An ode to

It’s get­ting colder in Paris, but there is much to look for­ward to with the chang­ing of the sea­sons.

The Star Malaysia - Star2 - - FAMILY - By VIVIEN QUAH

THIS morn­ing, af­ter I dropped the girls off at school, I walked briskly back home to our apart­ment. My hands dug deep into the pock­ets of my coat, my breath vis­i­ble in the cold morn­ing air, I fan­ta­sised about a bowl of hot noo­dles wait­ing for me on the kitchen ta­ble ... kuey teow th’ng prefer­ably, cili padi on the side. In our lit­tle street was a de­liv­ery truck filled with packs of fire­wood. There were no noo­dles wait­ing for me, but my kitchen was warm and cosy.

I need to deal with the fact that sum­mer is in­deed over. Af­ter all, the heat­ing in our apart­ment has been turned on since a cou­ple of weeks ago. We don’t use fire­wood, but lots of peo­ple do. And we ad­justed our clocks back­wards by one hour at the end of Oc­to­ber, putting an end to sum­mer day­light sav­ings.

It’s a con­cept alien to us in Malaysia, but the idea of day­light sav­ings was con­ceived as early as the 18th cen­tury, al­though it was re­ally only im­ple­mented in the early 1900s. Then, it was more a mat­ter of con­serv­ing can­dles and coals.

To­day, long sum­mer days al­low us to shop, do sports, dine, do what­ever we do out­doors, and just gen­er­ally give us the im­pres­sion that we have an ex­tra hour of day­light in the evening. It was a bit dif­fi­cult to try and ex­plain the con­cept to the chil­dren. They couldn’t wrap their heads around the idea, ques­tion­ing how we could pos­si­bly add an ex­tra hour to the day. It was also a bit more dif­fi­cult to shoo them off to bed, as it was still light at nine in the evening.

Well, with the days now get­ting shorter and shorter, shorts and slip­pers have given way to pullovers and thick coats, usu­ally in a som­bre colour, as though we were mourn­ing. Mourn­ing sum­mer.

The morn­ing rit­ual of the chil­dren get­ting dressed for school (the school uni­form is a thing of the past for France and the idea it­self for most French peo­ple is an af­front to their lib­erty) is punc­tu­ated with ex­cla­ma­tions from me: “Have you got an un­der­shirt?”, “That pullover is too light”, “How many lay­ers have you got on?”, “Those socks won’t do!”, “Are you warm enough?”, “Where’s your scarf?” and “You’re not leav­ing home with­out your gloves.”

And just as we leave the build­ing, “Are you warm enough?”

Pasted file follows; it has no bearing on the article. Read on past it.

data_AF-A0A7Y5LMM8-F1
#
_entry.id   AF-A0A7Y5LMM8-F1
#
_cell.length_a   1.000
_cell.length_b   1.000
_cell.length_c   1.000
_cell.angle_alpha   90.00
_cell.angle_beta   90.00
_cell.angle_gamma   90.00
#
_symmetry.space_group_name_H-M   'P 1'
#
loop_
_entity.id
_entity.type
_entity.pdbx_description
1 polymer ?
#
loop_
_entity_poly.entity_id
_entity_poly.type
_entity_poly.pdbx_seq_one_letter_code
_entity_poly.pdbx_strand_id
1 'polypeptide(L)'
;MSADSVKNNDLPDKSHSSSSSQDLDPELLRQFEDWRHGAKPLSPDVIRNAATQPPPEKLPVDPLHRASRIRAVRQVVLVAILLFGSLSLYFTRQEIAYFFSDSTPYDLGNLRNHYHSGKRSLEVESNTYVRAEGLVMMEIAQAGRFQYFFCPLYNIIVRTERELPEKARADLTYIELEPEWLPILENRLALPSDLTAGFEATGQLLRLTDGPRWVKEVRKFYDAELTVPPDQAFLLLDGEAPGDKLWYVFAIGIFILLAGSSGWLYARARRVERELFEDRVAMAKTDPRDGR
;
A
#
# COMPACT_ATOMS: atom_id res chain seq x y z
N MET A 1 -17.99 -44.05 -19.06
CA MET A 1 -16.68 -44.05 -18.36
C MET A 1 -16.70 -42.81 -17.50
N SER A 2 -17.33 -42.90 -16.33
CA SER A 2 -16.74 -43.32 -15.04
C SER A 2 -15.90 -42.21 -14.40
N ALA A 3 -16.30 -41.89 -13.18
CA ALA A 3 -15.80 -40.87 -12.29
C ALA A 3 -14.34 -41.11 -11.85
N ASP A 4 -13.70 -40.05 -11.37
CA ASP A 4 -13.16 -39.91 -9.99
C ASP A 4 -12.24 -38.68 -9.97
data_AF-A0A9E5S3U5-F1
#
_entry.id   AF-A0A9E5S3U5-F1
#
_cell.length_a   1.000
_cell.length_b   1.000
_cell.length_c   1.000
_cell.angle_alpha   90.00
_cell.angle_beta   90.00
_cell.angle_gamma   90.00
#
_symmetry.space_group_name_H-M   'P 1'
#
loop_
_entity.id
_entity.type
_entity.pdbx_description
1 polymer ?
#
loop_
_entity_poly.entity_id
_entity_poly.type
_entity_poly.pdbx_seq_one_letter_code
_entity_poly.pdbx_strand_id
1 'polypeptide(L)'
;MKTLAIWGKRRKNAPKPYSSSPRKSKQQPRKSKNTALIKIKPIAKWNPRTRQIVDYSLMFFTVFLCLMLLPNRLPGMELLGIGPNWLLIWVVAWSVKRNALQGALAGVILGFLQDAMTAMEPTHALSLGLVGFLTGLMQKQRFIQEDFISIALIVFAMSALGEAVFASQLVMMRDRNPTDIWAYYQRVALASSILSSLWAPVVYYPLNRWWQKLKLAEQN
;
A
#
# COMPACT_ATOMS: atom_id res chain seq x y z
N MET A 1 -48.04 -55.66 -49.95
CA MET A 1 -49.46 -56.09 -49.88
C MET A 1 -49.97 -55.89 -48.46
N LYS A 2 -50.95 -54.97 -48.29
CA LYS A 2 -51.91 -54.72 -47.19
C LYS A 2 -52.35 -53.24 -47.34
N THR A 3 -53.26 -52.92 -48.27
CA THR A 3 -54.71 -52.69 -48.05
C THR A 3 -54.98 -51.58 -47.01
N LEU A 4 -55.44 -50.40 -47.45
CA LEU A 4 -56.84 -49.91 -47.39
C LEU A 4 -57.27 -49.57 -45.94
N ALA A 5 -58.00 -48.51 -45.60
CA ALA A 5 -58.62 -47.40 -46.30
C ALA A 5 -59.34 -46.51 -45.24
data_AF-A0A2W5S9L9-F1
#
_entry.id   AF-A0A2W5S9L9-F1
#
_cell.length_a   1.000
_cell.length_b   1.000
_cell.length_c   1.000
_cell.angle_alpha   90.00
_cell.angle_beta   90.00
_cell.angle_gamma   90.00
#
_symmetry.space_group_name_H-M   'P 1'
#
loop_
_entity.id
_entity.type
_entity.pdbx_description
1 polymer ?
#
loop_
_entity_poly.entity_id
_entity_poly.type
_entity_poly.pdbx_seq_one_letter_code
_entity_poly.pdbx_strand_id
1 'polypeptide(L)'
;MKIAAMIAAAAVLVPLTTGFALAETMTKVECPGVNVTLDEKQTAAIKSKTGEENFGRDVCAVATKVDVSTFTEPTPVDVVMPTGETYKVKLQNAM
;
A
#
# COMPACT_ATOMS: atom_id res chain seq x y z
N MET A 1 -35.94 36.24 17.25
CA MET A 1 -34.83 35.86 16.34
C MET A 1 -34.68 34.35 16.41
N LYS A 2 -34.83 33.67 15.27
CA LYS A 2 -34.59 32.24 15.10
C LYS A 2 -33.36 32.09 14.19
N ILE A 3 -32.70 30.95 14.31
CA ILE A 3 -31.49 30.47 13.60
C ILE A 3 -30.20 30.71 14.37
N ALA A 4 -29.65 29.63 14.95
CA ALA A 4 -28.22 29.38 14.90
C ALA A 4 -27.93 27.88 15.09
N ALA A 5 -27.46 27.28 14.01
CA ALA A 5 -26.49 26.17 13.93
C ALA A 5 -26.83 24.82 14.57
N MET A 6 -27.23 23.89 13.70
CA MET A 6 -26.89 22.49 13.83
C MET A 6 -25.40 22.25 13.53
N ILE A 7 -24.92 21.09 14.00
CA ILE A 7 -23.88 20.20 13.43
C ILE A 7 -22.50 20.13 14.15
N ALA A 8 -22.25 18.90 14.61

Al­right, I shall snap my­self out of this mor­bid train of thought and stop griev­ing.

Look­ing on the pos­i­tive side of things, au­tumn is of­ten thought of (thanks to Keats’ Ode To Au­tumn, per­haps) as the cli­max of sum­mer. It sig­ni­fies not the demise of sum­mer but fresh be­gin­nings and the plant­ing of new life. Lit­er­ally.

It’s the best time to plant a tree or a bulb for next spring. We did ex­actly that with the chil­dren at their grand­fa­ther’s house in the coun­try. We de­cided to pick a fruit tree that would bear fruit around the time we are usu­ally there, so as to be able to en­joys its spoils. It’s a tra­di­tion we in­tend to keep: plant­ing a tree a year. We are lucky to have a coun­try es­cape, and we head there dur­ing the warmer months when we can.

We were there just at the start of au­tumn, which is also usu­ally the open­ing of the hunt­ing sea­son or what we say “la chasse” in French. Al­though it isn’t ex­actly the Wild West, hunters here out­num­ber those of most other coun­tries’ in Europe. Ap­par­ently it’s the sec­ond most pop­u­lar sport af­ter foot­ball (ac­cord­ing to France’s sec­ond-largest news­pa­per, Le Fi­garo).

Af­ter a pause of six months to al­low an­i­mals to re­pro­duce and grow, hunt­ing sea­son re­opened this year to even big­ger num­bers. Hunters in France come from all so­cial back­grounds, not like some coun­tries where it is only prac­tised by the gen­try. You won’t find me go­ing na­tive on this one. I get enough sport walk­ing to the butcher for my meat. And there is no risk of shoot­ing my­self in the foot. Plus, I pre­fer my meat slaugh­tered, cut and read­ied by some­one else, thank you very much.

In the vil­lage where my fa­therin-law’s house is, we could hear echoes of shots in the morn­ings. Even sporty Mon­sieur de­cided that a bike ride in the vine­yards in the foggy morn­ings may not be a good idea. No way he could be mis­taken for a bird nor a boar, but you never know.

So, if you are out for a stroll in the French coun­try­side this au­tumn, I rec­om­mend you cast aside your fash­ion in­stincts for this sea­son’s very-in an­i­mal print mo­tifs and in­stead opt for some bright can’t-miss-me-neon colours. That was ex­actly what I did when I went to pick some figs and nuts from the gar­den. With my bright yel­low boots, blue scarf and pink rain­coat on, I cut quite the strik­ing fig­ure and I quote my fash­ion guru, my seven-year old daugh­ter, “Who wants to be co­or­di­nated? It’s bor­ing to be co­or­di­nated.” Bet­ter be safe than co­or­di­nated, may I add.

What’s great about liv­ing with the four sea­sons are the dif­fer­ent things to look for­ward to each sea­son. In the sum­mer, we spend a lot of time out­doors away from the city. We take our velos and bike through vil­lages and vine­yards, fer­vently look­ing out for wild berries. Soon enough, the girls and I get left be­hind, the cor­ners of our mouths stained a deep red – a give­away to our berry stops. Mon­sieur, in the mean­time, waits im­pa­tiently for his greedy pack that mar­vels at

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